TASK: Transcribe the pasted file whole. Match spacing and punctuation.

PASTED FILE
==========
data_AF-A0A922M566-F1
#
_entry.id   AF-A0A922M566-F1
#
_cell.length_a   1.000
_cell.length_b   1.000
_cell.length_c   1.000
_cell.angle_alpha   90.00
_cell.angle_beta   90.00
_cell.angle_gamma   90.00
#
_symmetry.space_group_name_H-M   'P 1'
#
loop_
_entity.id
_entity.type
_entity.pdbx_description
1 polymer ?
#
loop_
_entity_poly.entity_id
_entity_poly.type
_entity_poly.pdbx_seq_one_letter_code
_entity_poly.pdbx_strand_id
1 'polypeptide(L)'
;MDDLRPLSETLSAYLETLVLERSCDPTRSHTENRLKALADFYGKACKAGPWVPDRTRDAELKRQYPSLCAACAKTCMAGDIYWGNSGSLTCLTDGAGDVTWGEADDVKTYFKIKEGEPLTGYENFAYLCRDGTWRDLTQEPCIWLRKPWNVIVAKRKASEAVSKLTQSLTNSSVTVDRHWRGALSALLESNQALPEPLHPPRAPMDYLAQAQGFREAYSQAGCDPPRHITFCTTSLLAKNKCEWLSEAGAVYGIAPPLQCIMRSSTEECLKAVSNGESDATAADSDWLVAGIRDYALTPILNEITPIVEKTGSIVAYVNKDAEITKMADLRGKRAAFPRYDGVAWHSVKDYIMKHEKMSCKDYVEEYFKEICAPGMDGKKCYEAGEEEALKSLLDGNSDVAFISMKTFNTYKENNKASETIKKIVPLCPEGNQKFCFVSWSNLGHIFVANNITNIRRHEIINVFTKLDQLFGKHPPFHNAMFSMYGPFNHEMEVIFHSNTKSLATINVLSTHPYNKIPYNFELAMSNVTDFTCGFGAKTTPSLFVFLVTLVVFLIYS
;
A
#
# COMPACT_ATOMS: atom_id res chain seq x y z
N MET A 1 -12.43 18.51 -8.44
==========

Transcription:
data_AF-A0A922M566-F1
#
_entry.id   AF-A0A922M566-F1
#
_cell.length_a   1.000
_cell.length_b   1.000
_cell.length_c   1.000
_cell.angle_alpha   90.00
_cell.angle_beta   90.00
_cell.angle_gamma   90.00
#
_symmetry.space_group_name_H-M   'P 1'
#
loop_
_entity.id
_entity.type
_entity.pdbx_description
1 polymer ?
#
loop_
_entity_poly.entity_id
_entity_poly.type
_entity_poly.pdbx_seq_one_letter_code
_entity_poly.pdbx_strand_id
1 'polypeptide(L)'
;MDDLRPLSETLSAYLETLVLERSCDPTRSHTENRLKALADFYGKACKAGPWVPDRTRDAELKRQYPSLCAACAKTCMAGDIYWGNSGSLTCLTDGAGDVTWGEADDVKTYFKIKEGEPLTGYENFAYLCRDGTWRDLTQEPCIWLRKPWNVIVAKRKASEAVSKLTQSLTNSSVTVDRHWRGALSALLESNQALPEPLHPPRAPMDYLAQAQGFREAYSQAGCDPPRHITFCTTSLLAKNKCEWLSEAGAVYGIAPPLQCIMRSSTEECLKAVSNGESDATAADSDWLVAGIRDYALTPILNEITPIVEKTGSIVAYVNKDAEITKMADLRGKRAAFPRYDGVAWHSVKDYIMKHEKMSCKDYVEEYFKEICAPGMDGKKCYEAGEEEALKSLLDGNSDVAFISMKTFNTYKENNKASETIKKIVPLCPEGNQKFCFVSWSNLGHIFVANNITNIRRHEIINVFTKLDQLFGKHPPFHNAMFSMYGPFNHEMEVIFHSNTKSLATINVLSTHPYNKIPYNFELAMSNVTDFTCGFGAKTTPSLFVFLVTLVVFLIYS
;
A
#
# COMPACT_ATOMS: atom_id res chain seq x y z
N MET A 1 -12.43 18.51 -8.44